There are certain experiences you’ll have when spending a good chunk of time in any new country. Some are funny, and some are annoying rites of passage, but you’re gonna have them all!
1. The rookie mistake: buying a phone from the mob.
When I first got to Istanbul, I was appalled at the process here of registering international phones. Basically, if you want to use your own phone here, you have to register it with the government and pay 115 lira (about 65 dollars). I was not about to have that, so I decided to buy a local phone from one of the cheap, sketchy shops that are all over the place here. After an hour of confusion, and communication fails in Turkish, English, and French, I came out with a phone that must have been manufactured in 1995. Whatever, as long as it worked. But here’s the thing– it didn’t work. After 2 days of using it, it stopped working– the phone company said my number had been blocked. I had a Turkish friend help me take it back to the phone company, who said they would “take care of it”. My friend said that meant it was probably all sorts of illegal– stolen, even– but that the shop probably had some police contacts who they could bribe to unblock the number. I got the phone back, and it worked for another 2 days before getting blocked again. I finally surrendered and bought another new phone, bringing my total spending up to 200 lira and scoring me an upgraded phone from 1997.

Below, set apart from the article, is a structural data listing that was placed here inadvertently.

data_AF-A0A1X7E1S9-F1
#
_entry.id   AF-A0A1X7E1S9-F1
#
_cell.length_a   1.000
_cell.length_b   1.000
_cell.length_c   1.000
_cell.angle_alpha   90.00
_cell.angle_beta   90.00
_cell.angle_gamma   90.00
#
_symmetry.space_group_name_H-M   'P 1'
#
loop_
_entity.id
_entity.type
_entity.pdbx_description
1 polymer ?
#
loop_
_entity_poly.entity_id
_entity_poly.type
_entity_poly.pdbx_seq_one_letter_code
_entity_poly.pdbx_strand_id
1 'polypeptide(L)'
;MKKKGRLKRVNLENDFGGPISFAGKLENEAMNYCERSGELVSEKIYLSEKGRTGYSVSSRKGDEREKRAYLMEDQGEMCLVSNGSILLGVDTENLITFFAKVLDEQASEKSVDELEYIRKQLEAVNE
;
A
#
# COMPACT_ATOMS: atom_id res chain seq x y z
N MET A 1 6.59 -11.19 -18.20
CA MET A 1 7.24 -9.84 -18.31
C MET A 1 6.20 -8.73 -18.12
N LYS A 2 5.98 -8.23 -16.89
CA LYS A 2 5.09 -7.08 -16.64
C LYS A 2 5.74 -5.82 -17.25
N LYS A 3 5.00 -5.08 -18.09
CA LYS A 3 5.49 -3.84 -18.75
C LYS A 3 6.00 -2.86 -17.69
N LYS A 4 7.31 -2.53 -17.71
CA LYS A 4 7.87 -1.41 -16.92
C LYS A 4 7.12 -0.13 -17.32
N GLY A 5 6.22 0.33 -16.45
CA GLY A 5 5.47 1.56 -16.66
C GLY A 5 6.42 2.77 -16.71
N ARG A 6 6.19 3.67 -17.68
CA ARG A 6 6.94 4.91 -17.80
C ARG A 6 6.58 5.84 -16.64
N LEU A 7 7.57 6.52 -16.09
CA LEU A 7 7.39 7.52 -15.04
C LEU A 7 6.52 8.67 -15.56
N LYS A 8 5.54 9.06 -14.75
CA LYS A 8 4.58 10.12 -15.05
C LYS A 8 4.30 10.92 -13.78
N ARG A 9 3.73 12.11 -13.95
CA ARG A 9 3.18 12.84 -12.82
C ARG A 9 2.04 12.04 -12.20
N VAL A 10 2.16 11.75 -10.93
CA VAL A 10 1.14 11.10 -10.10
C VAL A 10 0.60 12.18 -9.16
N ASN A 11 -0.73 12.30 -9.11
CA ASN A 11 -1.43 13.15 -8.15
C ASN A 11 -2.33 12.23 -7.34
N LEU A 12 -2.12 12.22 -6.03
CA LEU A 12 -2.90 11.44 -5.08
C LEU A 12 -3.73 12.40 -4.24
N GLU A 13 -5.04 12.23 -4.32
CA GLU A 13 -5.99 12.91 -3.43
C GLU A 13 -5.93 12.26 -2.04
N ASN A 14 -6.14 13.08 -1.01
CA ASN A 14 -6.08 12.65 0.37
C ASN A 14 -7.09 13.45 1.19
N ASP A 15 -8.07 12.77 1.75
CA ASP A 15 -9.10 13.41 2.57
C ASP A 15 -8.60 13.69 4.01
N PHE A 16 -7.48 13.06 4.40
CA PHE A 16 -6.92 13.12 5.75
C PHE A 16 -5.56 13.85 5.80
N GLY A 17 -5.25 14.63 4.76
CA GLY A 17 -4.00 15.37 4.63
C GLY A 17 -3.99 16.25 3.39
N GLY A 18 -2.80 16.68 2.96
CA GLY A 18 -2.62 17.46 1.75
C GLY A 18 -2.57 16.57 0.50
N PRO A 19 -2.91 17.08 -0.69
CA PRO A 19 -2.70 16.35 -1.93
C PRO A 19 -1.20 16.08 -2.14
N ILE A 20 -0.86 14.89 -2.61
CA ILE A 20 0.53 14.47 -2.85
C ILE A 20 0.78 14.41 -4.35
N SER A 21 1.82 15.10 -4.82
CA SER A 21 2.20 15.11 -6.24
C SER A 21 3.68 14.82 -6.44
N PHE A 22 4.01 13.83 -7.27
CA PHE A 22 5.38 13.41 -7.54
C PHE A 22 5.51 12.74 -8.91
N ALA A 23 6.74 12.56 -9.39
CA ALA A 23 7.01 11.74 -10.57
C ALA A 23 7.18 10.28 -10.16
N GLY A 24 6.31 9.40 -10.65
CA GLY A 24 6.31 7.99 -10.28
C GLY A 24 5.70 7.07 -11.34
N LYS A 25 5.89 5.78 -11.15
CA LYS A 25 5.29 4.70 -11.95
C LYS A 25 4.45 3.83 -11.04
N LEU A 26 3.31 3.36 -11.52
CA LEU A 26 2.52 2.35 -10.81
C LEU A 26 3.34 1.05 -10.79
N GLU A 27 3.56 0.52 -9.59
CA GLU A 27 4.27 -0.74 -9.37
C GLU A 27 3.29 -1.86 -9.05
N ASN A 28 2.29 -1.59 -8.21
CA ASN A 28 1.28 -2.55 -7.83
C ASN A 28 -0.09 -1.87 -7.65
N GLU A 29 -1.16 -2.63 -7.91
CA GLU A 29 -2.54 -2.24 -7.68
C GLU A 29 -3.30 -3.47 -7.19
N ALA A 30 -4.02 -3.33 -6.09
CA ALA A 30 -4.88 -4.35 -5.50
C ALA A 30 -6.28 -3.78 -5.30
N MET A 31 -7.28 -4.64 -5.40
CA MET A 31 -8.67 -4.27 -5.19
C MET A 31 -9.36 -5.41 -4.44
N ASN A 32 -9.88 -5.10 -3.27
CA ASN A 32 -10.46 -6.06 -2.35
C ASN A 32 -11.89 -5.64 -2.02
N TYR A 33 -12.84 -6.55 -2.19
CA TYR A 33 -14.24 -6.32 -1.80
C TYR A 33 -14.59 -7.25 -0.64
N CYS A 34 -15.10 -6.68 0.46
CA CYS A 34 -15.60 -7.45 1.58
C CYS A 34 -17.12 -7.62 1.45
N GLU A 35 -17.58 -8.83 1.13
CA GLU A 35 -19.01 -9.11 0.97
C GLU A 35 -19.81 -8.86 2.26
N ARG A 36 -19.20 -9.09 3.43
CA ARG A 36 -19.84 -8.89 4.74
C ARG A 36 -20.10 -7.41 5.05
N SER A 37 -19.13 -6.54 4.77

2. The “near death experience”: aka the falling brick
On my first day here, I was admiring all of the beautiful old buildings. I love how many untouched old buildings there are here in Istanbul. But as I was walking that day, a huge chunk of bricks and cement came plummeting down from one of those ancient buildings and smashed to pieces not even a foot from where I was standing. Let’s just say that this 3-story death machine of a building didn’t seem so glorious to me after that.
3. The hasty romantic interest